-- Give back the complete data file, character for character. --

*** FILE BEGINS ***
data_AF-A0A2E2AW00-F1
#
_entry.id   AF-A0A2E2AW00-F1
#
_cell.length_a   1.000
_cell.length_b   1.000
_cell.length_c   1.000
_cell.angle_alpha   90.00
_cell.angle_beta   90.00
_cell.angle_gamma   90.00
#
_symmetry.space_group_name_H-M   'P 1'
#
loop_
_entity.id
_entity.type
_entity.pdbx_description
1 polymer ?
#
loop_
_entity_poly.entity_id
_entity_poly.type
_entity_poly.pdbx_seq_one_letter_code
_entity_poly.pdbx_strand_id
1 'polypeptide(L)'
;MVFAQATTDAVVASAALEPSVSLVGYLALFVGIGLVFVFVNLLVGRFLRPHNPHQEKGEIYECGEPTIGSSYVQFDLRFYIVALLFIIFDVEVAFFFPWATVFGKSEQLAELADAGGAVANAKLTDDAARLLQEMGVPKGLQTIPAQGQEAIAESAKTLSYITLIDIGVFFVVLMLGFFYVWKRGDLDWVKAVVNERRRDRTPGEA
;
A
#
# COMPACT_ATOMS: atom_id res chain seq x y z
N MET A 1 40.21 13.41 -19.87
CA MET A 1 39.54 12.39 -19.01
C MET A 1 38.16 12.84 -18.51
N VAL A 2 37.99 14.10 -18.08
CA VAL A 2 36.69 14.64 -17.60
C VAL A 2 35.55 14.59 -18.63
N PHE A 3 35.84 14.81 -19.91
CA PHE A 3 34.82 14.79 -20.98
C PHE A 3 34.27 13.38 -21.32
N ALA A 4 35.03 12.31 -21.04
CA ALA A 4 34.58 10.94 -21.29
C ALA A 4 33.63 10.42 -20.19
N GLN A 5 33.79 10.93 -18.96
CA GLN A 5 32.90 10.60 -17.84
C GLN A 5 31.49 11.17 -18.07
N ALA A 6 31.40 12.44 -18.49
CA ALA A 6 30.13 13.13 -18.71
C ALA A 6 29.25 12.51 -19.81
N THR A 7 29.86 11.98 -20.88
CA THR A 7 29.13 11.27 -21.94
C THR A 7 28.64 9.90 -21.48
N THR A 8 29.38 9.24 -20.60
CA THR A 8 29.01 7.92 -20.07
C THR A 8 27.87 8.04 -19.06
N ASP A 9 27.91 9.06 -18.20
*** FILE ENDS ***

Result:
data_AF-A0A2E2AW00-F1
#
_entry.id   AF-A0A2E2AW00-F1
#
_cell.length_a   1.000
_cell.length_b   1.000
_cell.length_c   1.000
_cell.angle_alpha   90.00
_cell.angle_beta   90.00
_cell.angle_gamma   90.00
#
_symmetry.space_group_name_H-M   'P 1'
#
loop_
_entity.id
_entity.type
_entity.pdbx_description
1 polymer ?
#
loop_
_entity_poly.entity_id
_entity_poly.type
_entity_poly.pdbx_seq_one_letter_code
_entity_poly.pdbx_strand_id
1 'polypeptide(L)'
;MVFAQATTDAVVASAALEPSVSLVGYLALFVGIGLVFVFVNLLVGRFLRPHNPHQEKGEIYECGEPTIGSSYVQFDLRFYIVALLFIIFDVEVAFFFPWATVFGKSEQLAELADAGGAVANAKLTDDAARLLQEMGVPKGLQTIPAQGQEAIAESAKTLSYITLIDIGVFFVVLMLGFFYVWKRGDLDWVKAVVNERRRDRTPGEA
;
A
#
# COMPACT_ATOMS: atom_id res chain seq x y z
N MET A 1 40.21 13.41 -19.87
CA MET A 1 39.54 12.39 -19.01
C MET A 1 38.16 12.84 -18.51
N VAL A 2 37.99 14.10 -18.08
CA VAL A 2 36.69 14.64 -17.60
C VAL A 2 35.55 14.59 -18.63
N PHE A 3 35.84 14.81 -19.91
CA PHE A 3 34.82 14.79 -20.98
C PHE A 3 34.27 13.38 -21.32
N ALA A 4 35.03 12.31 -21.04
CA ALA A 4 34.58 10.94 -21.29
C ALA A 4 33.63 10.42 -20.19
N GLN A 5 33.79 10.93 -18.96
CA GLN A 5 32.90 10.60 -17.84
C GLN A 5 31.49 11.17 -18.07
N ALA A 6 31.40 12.44 -18.49
CA ALA A 6 30.13 13.13 -18.71
C ALA A 6 29.25 12.51 -19.81
N THR A 7 29.86 11.98 -20.88
CA THR A 7 29.13 11.27 -21.94
C THR A 7 28.64 9.90 -21.48
N THR A 8 29.38 9.24 -20.60
CA THR A 8 29.01 7.92 -20.07
C THR A 8 27.87 8.04 -19.06
N ASP A 9 27.91 9.06 -18.20